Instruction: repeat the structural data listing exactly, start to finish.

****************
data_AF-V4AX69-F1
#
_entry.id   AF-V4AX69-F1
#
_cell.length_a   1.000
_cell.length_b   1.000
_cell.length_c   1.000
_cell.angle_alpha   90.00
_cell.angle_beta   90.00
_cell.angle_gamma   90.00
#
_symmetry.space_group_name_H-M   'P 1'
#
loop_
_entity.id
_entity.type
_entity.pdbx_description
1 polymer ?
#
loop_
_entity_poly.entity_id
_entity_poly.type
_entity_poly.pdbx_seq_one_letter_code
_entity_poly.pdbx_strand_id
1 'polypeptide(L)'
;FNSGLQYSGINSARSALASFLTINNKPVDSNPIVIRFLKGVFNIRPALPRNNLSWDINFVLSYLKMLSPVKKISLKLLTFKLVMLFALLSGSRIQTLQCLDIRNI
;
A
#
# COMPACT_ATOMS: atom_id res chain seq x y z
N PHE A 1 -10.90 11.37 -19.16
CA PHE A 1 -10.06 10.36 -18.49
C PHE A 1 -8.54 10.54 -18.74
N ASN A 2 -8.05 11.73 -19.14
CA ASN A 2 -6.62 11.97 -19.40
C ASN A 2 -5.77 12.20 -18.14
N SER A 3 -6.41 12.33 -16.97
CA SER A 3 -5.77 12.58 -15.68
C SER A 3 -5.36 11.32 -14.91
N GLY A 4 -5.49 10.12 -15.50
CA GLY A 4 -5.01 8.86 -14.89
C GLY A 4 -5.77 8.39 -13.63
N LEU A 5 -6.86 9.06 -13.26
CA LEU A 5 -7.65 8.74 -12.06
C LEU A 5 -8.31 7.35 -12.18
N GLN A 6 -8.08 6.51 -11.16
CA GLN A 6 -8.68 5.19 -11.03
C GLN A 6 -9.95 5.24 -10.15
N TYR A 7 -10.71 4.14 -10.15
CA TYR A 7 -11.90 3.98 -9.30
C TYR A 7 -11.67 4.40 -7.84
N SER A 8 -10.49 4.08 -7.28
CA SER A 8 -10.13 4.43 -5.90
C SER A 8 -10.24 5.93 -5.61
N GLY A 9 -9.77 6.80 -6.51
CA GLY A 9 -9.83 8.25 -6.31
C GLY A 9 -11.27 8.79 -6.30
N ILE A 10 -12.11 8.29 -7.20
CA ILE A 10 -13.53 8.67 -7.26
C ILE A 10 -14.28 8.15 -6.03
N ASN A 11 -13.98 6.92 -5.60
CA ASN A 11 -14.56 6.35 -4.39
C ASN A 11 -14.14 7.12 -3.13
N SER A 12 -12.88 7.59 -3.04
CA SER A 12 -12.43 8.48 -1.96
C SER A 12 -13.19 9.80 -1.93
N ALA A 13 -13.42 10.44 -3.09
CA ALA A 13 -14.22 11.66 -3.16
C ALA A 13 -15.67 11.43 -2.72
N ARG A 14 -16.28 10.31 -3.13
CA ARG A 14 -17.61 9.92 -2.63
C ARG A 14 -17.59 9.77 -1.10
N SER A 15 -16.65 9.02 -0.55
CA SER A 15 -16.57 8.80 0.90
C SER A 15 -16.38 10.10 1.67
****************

data_AF-V4AX69-F1
#
_entry.id   AF-V4AX69-F1
#
_cell.length_a   1.000
_cell.length_b   1.000
_cell.length_c   1.000
_cell.angle_alpha   90.00
_cell.angle_beta   90.00
_cell.angle_gamma   90.00
#
_symmetry.space_group_name_H-M   'P 1'
#
loop_
_entity.id
_entity.type
_entity.pdbx_description
1 polymer ?
#
loop_
_entity_poly.entity_id
_entity_poly.type
_entity_poly.pdbx_seq_one_letter_code
_entity_poly.pdbx_strand_id
1 'polypeptide(L)'
;FNSGLQYSGINSARSALASFLTINNKPVDSNPIVIRFLKGVFNIRPALPRNNLSWDINFVLSYLKMLSPVKKISLKLLTFKLVMLFALLSGSRIQTLQCLDIRNI
;
A
#
# COMPACT_ATOMS: atom_id res chain seq x y z
N PHE A 1 -10.90 11.37 -19.16
CA PHE A 1 -10.06 10.36 -18.49
C PHE A 1 -8.54 10.54 -18.74
N ASN A 2 -8.05 11.73 -19.14
CA ASN A 2 -6.62 11.97 -19.40
C ASN A 2 -5.77 12.20 -18.14
N SER A 3 -6.41 12.33 -16.97
CA SER A 3 -5.77 12.58 -15.68
C SER A 3 -5.36 11.32 -14.91
N GLY A 4 -5.49 10.12 -15.50
CA GLY A 4 -5.01 8.86 -14.89
C GLY A 4 -5.77 8.39 -13.63
N LEU A 5 -6.86 9.06 -13.26
CA LEU A 5 -7.65 8.74 -12.06
C LEU A 5 -8.31 7.35 -12.18
N GLN A 6 -8.08 6.51 -11.16
CA GLN A 6 -8.68 5.19 -11.03
C GLN A 6 -9.95 5.24 -10.15
N TYR A 7 -10.71 4.14 -10.15
CA TYR A 7 -11.90 3.98 -9.30
C TYR A 7 -11.67 4.40 -7.84
N SER A 8 -10.49 4.08 -7.28
CA SER A 8 -10.13 4.43 -5.90
C SER A 8 -10.24 5.93 -5.61
N GLY A 9 -9.77 6.80 -6.51
CA GLY A 9 -9.83 8.25 -6.31
C GLY A 9 -11.27 8.79 -6.30
N ILE A 10 -12.11 8.29 -7.20
CA ILE A 10 -13.53 8.67 -7.26
C ILE A 10 -14.28 8.15 -6.03
N ASN A 11 -13.98 6.92 -5.60
CA ASN A 11 -14.56 6.35 -4.39
C ASN A 11 -14.14 7.12 -3.13
N SER A 12 -12.88 7.59 -3.04
CA SER A 12 -12.43 8.48 -1.96
C SER A 12 -13.19 9.80 -1.93
N ALA A 13 -13.42 10.44 -3.09
CA ALA A 13 -14.22 11.66 -3.16
C ALA A 13 -15.67 11.43 -2.72
N ARG A 14 -16.28 10.31 -3.13
CA ARG A 14 -17.61 9.92 -2.63
C ARG A 14 -17.59 9.77 -1.10
N SER A 15 -16.65 9.02 -0.55
CA SER A 15 -16.57 8.80 0.90
C SER A 15 -16.38 10.10 1.67